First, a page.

Blacks Only comedy show lands in Cape Town
Written by Yazeed Kamaldien
Cape Town needs to “be ready for black people to invade their spaces” said Johannesburg-based comedian David Kau ahead of his show in the city tonight (OCTOBER 4, 2013).
Kau will start his three-city Blacks Only Comedy Show series in the city, ahead of stops in Port Elizabeth and Johannesburg. The series runs annually in different cities and this year it is billed as The Bling-Bling Tour.
Kau said the last time he performed the Blacks Only show in Cape Town was 2009.
“We performed at the Cape Town International Convention Centre and were asked if we had extra security for the show. They thought there would be too many blacks showing up,” said Kau.
“There are black associations for accountants and soccer players. When you come with a black comedy show then people freak out… People say I’m racist (to do this). But it’s fun at the same time.
“Some guys ask if they can bring their white girlfriends. One guy said that now he won’t have to buy two tickets because his girlfriend is white as this show is for blacks only.”
On a more serious note, Kau said he started the Blacks Only concept nine years ago because when he started out as a comedian he was “the black guy and I would make jokes about that”.
“I realised that I was just performing for white people for years. I would walk into a venue and there were 3,000 white people. Those were my first comedy shows. I counted that the only black people was just me and the waiters or someone that I brought with me to the show. I decided to start Blacks Only,” said Kau.
“I then decided that if a black comedian decides to perform in any other language apart from English they must have a platform. The idea is to create a platform for black comics so they can build a career,” said Kau.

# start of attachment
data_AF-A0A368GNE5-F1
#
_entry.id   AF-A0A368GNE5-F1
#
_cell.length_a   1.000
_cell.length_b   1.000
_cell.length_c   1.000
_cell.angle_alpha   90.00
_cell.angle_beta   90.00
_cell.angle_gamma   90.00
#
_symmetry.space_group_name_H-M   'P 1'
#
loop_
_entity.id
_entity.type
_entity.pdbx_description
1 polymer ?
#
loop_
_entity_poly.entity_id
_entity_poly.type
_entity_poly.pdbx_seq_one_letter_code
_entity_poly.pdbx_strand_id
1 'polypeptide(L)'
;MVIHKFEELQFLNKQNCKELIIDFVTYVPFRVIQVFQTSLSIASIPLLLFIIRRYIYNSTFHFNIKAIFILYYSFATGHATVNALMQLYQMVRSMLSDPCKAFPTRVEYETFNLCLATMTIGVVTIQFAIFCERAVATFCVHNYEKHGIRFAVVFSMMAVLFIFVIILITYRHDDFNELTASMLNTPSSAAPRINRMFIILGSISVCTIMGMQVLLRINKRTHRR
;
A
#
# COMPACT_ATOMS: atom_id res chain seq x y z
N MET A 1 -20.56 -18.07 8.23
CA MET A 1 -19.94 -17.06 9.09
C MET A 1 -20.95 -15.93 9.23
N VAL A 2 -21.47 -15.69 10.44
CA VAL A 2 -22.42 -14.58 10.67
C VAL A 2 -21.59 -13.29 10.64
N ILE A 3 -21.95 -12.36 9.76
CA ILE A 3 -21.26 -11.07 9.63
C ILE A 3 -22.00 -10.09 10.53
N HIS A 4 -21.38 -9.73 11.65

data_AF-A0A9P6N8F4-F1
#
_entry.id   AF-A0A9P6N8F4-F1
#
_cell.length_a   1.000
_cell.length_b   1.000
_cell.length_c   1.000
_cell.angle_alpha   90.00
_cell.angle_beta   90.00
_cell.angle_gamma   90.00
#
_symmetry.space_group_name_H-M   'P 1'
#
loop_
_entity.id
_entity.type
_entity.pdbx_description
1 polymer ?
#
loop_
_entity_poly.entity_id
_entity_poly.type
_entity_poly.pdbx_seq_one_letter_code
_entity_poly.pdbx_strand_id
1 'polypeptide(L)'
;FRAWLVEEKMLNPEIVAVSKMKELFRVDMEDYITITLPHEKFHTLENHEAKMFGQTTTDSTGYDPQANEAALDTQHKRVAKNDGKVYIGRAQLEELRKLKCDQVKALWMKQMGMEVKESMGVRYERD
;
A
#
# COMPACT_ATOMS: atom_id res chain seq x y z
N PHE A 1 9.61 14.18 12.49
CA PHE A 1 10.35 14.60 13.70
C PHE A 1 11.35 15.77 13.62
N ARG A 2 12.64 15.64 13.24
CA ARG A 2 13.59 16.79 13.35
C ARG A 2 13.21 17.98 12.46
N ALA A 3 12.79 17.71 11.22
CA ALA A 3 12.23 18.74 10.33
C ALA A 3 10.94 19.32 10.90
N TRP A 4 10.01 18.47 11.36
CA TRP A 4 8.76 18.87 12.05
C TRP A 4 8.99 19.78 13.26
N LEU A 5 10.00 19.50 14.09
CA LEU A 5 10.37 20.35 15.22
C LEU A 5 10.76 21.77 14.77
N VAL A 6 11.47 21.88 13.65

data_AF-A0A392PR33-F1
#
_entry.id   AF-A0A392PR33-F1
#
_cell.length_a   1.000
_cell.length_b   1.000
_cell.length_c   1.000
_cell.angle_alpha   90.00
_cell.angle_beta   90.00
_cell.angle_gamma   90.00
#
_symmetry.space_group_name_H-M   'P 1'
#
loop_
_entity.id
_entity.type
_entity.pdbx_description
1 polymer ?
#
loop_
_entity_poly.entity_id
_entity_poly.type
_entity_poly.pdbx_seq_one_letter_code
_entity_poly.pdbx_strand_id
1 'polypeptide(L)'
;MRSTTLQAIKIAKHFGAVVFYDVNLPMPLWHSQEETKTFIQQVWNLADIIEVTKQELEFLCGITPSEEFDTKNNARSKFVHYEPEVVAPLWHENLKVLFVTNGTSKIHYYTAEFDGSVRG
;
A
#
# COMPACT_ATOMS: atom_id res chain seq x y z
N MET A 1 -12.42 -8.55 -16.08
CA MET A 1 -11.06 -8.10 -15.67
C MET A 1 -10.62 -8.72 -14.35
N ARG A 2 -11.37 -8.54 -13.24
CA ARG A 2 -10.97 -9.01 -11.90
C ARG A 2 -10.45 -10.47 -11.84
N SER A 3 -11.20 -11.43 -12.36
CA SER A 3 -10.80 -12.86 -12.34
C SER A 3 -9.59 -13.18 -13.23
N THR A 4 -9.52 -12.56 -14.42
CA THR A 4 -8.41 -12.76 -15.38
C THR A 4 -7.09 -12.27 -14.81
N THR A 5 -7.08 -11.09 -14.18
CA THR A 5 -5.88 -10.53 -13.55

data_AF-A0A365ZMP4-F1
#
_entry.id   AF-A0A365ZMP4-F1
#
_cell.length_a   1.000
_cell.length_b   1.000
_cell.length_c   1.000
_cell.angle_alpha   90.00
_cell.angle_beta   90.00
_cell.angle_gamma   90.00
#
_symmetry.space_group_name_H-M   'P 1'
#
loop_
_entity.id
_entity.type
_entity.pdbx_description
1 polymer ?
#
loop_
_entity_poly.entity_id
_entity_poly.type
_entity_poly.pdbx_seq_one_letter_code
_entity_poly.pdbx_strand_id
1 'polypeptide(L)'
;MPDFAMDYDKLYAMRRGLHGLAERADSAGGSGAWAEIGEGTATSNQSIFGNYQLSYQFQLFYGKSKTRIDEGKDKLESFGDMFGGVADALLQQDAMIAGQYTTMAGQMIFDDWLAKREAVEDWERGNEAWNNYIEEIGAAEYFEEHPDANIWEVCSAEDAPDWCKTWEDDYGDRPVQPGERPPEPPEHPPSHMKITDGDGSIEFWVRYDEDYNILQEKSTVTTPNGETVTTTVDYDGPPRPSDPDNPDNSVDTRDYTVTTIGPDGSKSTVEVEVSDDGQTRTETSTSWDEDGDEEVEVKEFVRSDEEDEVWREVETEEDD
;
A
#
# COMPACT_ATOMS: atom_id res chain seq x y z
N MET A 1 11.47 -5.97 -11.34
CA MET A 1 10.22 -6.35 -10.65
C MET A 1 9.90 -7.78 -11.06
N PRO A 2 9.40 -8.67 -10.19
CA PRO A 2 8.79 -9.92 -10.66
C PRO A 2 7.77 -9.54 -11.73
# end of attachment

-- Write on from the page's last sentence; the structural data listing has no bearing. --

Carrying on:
He added: “The name of the show, Blacks Only, is also a rip off of the apartheid signage. Even though it’s called Blacks Only, the funny thing is that there are always white people in the front row… Every other comedy show is whites only, it’s just not called whites only.”
He said in Cape Town “most people still freak out when they hear the show is called Blacks Only”.
“They are insecure about their racial prejudice. They are not scared of blacks but this title brings up things that they don’t have to confront… We haven’t really discussed racism in our country,” said Kau.
“We live like everything is sorted and we’re just moving on. People think you can just forget apartheid and move on.”
Kau said the Blacks Only shows run three to four times a year in Johannesburg and sell a total 12,000 tickets annually. He selects up-and-coming and established comedians for a line-up, including a “token white comedian”.
Even though Blacks Only has a political connotation, Kau said his aim remains “to make people laugh for a living”.
“I don’t make jokes to get some message across. If something is not funny I’m not going to say anything about it. The message is secondary for me,” he said.
He does find himself often having to explain to people that he does not make jokes all the time, especially when they meet him for the first time.
“I’ve spent a lot of time telling people I don’t walk around telling jokes. I spend a lot of time telling people the worst thing you can do when you meet a comedian is ask them to tell you a joke. Come to my show,” he said.
“(The late TV presenter) Vuyo Mbuli asked me on Morning Live (TV show) to tell him a joke. I asked him on TV, ‘When you see a prostitute do you ask her to give you a blow job?’ He didn’t ask me to do that again.”
When Kau is not on stage, he’s running a film production company and has been commissioned by Mzansi Magic satellite channel to write, direct and produce five feature films.
Kau also recently traveled to Cannes to promote his film Blitz Patrolie at a film festival in that French city.
The Blacks Only show in Cape Town will feature puppet master Conrad Koch who was told to “bring a black or coloured puppet on the show”. Marc Lottering will also perform at the one-night-only show at the Grand Arena.